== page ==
David Jacobs | The Center Square
(The Center Square) – Louisiana Gov. John Bel Edwards reiterated Tuesday that he does not expect to extend his current “stay at home” order in its current form at the end of the month, though at least some of the restrictions will continue and no final decisions have been made.
Health care providers already have been given the green light to begin conducting non-emergency procedures starting Monday if delaying further would jeopardize the patient’s health.
So what will dictate when and how other sectors of the economy will see loosened restrictions? Slowing the spread of the new coronavirus that causes COVID-19 remains the top priority, which requires everyone staying home as much as possible and keeping their distance from others when they must go out, he said.
Increasing testing capacity also will be important, Edwards said. While Louisiana is among the nation’s leaders in testing relative to its population size, more is needed, including diagnostic testing for the virus and serological testing for antibodies produced in response to the virus.
Many of the latter type of tests have been controversial, and Edwards said federal officials have warned state leaders to be wary of foreign-made tests.
“Currently, CDC’s serologic test is designed and validated for broad-based surveillance and research that will give us information needed to guide the response to the pandemic and protect the public’s health,” the U.S. Centers for Disease Control and Prevention says. “The test is not currently designed to test individuals who want to know if they have been previously infected with COVID-19.”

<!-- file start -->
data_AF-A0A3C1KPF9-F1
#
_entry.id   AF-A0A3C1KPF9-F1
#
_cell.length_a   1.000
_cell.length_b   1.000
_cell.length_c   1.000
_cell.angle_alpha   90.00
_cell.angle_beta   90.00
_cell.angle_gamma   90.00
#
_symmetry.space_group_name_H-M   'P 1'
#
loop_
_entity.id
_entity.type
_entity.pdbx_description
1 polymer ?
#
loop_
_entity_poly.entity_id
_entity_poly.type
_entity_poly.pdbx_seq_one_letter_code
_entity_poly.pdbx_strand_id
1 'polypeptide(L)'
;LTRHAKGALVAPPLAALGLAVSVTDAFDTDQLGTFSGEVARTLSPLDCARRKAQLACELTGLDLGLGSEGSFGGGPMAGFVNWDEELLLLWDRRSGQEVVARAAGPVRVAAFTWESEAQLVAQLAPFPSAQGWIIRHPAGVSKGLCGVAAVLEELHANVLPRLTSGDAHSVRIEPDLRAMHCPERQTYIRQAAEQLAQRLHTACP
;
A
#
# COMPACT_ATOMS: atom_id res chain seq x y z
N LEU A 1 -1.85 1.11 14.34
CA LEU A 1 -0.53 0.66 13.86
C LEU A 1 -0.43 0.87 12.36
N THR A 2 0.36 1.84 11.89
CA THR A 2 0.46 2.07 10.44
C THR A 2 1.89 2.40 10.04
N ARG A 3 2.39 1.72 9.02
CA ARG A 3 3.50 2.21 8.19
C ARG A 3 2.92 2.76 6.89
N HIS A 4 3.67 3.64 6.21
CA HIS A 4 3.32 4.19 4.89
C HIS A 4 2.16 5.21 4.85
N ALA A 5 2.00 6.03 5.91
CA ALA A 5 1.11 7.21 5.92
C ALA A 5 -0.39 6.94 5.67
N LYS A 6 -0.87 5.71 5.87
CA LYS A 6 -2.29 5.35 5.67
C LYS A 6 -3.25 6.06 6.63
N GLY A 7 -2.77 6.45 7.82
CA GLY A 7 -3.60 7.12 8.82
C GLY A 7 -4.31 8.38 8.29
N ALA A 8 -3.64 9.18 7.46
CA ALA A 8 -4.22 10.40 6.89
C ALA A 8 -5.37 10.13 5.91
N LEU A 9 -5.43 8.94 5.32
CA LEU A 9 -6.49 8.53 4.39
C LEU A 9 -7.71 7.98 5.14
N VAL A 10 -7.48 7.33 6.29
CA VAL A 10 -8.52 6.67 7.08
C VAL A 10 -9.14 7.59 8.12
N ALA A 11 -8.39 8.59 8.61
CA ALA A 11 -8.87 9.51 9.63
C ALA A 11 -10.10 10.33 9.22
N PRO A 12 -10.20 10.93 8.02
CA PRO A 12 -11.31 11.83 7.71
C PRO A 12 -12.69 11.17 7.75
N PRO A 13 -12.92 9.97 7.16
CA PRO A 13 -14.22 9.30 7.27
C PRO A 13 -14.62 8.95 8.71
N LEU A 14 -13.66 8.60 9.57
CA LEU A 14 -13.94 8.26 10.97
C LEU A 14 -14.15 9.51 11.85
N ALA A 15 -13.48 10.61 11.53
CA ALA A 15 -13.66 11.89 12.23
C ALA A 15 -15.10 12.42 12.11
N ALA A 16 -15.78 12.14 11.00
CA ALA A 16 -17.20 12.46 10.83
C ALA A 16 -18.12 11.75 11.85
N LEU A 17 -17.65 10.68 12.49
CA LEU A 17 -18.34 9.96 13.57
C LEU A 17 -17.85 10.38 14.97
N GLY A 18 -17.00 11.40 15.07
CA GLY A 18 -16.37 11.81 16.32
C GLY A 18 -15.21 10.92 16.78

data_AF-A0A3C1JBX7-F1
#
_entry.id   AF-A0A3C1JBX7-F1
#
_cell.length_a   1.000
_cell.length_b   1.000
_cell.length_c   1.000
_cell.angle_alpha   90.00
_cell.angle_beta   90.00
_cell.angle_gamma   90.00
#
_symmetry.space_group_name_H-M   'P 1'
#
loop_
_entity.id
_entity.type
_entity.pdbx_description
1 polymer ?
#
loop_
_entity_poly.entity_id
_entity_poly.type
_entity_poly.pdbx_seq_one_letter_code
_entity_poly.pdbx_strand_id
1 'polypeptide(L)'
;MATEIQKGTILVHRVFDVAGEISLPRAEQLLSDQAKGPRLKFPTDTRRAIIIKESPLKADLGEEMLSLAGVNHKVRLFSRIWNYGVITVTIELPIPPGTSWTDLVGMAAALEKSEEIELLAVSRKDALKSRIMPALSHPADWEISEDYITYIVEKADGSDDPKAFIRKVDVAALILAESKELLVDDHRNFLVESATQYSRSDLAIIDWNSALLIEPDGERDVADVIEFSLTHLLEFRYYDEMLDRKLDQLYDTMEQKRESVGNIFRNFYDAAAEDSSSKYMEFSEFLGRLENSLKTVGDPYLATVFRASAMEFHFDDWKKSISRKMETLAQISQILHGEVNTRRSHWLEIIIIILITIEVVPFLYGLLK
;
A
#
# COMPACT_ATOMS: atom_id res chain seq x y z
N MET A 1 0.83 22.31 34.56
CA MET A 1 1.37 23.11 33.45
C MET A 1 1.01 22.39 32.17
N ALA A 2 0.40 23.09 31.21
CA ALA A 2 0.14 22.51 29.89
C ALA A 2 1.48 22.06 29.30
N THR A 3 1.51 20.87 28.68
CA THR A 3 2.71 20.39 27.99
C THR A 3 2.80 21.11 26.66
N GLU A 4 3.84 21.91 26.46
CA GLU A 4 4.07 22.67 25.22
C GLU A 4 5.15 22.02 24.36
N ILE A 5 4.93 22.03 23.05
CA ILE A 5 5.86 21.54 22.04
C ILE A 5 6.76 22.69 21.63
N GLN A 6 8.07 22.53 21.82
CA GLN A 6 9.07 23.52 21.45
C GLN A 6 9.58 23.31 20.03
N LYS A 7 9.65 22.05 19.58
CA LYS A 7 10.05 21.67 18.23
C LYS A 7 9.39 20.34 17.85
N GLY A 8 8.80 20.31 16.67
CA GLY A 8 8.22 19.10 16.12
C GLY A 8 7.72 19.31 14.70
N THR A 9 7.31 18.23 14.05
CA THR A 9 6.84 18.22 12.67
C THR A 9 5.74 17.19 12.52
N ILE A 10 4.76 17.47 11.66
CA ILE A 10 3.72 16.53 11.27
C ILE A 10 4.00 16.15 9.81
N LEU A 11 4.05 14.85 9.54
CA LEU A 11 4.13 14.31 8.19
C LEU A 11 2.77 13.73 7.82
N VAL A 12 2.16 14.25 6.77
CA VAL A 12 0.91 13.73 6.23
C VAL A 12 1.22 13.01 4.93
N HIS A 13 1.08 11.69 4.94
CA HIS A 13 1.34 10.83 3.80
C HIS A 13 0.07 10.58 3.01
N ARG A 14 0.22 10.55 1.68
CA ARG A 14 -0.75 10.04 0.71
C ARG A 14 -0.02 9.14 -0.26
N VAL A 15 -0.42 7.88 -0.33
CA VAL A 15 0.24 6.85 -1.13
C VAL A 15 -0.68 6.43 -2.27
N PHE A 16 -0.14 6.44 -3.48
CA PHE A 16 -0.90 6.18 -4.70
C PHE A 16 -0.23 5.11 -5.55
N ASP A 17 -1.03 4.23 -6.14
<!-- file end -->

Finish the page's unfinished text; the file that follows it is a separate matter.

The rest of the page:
The third key factor is more extensive contact tracing, Edwards said. When someone tests positive for the virus, officials would like to be able to quarantine people the positive patient came in contact with for about 48 hours before showing symptoms. Edwards did not say if such quarantines would be mandatory.
Edwards’ administration would like to be able to test up to 200,000 people per month, compared to a little more than 140,000 total tests so far, and to expand the state’s contact tracing team from 70 to 700.
Louisiana does not yet meet federal guidelines to begin phase one of the White House’s blueprint for beginning to lift the partial economic shutdown, Edwards said, but it might by May 1 when his current stay-at-home order will have expired. State officials reported 331 new COVID-19 cases Tuesday, which he said was the smallest number in at least a week.
Preconditions states should meet before beginning to reopen according to the White House include a downward trajectory of documented COVID-19 cases within a 14-day period, or a downward trajectory of positive tests as a percentage of total tests within 14 days while the amount of tests being conducted increases or stays the same, among other factors.
Officials also reported 77 new deaths, bringing the state’s total to 1,405.
The governor’s commission focused on economic resiliency amid the pandemic will meet for the first time Wednesday. According to agendas the state economic development department distributed, meetings will be held by phone at 1 p.m. and 3:30 p.m.